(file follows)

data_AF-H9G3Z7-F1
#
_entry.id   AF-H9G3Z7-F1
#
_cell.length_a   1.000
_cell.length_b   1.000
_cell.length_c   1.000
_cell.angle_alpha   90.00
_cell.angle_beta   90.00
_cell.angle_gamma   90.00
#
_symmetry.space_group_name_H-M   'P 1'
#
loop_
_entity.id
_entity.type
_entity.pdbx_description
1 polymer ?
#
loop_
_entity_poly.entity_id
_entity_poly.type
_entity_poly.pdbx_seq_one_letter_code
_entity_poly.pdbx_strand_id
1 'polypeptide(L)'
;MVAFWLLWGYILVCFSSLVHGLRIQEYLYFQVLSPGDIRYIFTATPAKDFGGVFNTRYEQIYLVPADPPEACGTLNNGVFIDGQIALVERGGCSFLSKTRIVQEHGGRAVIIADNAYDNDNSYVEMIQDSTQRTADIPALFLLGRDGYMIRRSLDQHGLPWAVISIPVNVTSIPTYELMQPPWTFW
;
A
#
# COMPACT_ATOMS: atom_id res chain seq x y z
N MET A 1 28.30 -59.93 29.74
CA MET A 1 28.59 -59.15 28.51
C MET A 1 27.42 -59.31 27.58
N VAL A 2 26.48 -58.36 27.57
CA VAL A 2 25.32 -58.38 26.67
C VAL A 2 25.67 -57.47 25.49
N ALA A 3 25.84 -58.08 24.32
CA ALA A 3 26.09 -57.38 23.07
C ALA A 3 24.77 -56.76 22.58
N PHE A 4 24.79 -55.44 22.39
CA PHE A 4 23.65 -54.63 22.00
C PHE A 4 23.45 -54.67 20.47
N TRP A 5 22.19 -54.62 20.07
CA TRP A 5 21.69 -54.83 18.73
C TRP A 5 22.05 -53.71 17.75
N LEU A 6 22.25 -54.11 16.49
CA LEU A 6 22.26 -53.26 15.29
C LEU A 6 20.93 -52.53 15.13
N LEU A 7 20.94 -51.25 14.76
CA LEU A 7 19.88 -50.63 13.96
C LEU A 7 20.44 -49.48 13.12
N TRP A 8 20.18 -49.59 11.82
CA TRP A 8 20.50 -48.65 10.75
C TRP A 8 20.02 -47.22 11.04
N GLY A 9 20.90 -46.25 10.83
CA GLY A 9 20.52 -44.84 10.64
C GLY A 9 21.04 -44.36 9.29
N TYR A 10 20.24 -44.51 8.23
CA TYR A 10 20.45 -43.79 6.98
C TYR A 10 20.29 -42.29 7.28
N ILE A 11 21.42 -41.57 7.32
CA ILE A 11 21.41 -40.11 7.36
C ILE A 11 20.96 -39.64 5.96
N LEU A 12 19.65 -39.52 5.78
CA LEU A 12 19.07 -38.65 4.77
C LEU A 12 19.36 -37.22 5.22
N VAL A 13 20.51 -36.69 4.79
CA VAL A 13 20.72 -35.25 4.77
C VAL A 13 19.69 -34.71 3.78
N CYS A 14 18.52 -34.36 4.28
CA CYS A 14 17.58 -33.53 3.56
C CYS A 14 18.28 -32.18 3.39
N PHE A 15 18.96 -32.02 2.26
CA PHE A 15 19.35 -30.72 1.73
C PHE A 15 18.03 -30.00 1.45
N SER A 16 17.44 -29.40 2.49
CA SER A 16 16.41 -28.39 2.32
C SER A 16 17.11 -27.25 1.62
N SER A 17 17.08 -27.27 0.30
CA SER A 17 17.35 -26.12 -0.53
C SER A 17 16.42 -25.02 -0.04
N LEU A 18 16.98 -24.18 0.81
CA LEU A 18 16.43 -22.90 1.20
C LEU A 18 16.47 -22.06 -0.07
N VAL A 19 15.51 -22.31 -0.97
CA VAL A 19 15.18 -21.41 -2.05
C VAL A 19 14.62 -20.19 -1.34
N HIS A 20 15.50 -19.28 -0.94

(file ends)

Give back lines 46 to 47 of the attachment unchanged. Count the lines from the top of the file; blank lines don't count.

N LEU A 6 22.25 -54.11 16.49
CA LEU A 6 22.26 -53.26 15.29